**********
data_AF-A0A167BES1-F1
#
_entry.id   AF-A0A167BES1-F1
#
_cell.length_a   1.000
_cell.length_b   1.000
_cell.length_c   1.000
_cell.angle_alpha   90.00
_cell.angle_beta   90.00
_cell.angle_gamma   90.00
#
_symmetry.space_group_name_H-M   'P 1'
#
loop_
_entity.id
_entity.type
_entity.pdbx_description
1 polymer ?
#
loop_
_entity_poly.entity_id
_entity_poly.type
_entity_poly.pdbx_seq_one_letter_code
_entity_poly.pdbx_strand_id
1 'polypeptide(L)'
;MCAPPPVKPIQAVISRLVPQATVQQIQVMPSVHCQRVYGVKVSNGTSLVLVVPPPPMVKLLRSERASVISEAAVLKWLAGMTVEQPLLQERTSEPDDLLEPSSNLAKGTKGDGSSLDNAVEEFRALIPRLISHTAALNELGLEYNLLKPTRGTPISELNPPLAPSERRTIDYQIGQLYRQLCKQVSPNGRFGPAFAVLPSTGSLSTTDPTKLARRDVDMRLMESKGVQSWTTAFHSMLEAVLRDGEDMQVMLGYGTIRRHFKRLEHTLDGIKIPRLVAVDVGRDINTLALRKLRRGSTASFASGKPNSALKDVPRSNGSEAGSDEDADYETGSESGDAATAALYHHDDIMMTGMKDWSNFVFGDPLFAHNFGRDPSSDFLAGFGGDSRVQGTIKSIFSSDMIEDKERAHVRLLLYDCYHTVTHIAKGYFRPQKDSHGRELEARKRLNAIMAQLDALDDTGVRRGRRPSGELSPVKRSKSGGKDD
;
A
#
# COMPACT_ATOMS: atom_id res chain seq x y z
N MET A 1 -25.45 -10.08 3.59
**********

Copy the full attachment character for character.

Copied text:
data_AF-A0A167BES1-F1
#
_entry.id   AF-A0A167BES1-F1
#
_cell.length_a   1.000
_cell.length_b   1.000
_cell.length_c   1.000
_cell.angle_alpha   90.00
_cell.angle_beta   90.00
_cell.angle_gamma   90.00
#
_symmetry.space_group_name_H-M   'P 1'
#
loop_
_entity.id
_entity.type
_entity.pdbx_description
1 polymer ?
#
loop_
_entity_poly.entity_id
_entity_poly.type
_entity_poly.pdbx_seq_one_letter_code
_entity_poly.pdbx_strand_id
1 'polypeptide(L)'
;MCAPPPVKPIQAVISRLVPQATVQQIQVMPSVHCQRVYGVKVSNGTSLVLVVPPPPMVKLLRSERASVISEAAVLKWLAGMTVEQPLLQERTSEPDDLLEPSSNLAKGTKGDGSSLDNAVEEFRALIPRLISHTAALNELGLEYNLLKPTRGTPISELNPPLAPSERRTIDYQIGQLYRQLCKQVSPNGRFGPAFAVLPSTGSLSTTDPTKLARRDVDMRLMESKGVQSWTTAFHSMLEAVLRDGEDMQVMLGYGTIRRHFKRLEHTLDGIKIPRLVAVDVGRDINTLALRKLRRGSTASFASGKPNSALKDVPRSNGSEAGSDEDADYETGSESGDAATAALYHHDDIMMTGMKDWSNFVFGDPLFAHNFGRDPSSDFLAGFGGDSRVQGTIKSIFSSDMIEDKERAHVRLLLYDCYHTVTHIAKGYFRPQKDSHGRELEARKRLNAIMAQLDALDDTGVRRGRRPSGELSPVKRSKSGGKDD
;
A
#
# COMPACT_ATOMS: atom_id res chain seq x y z
N MET A 1 -25.45 -10.08 3.59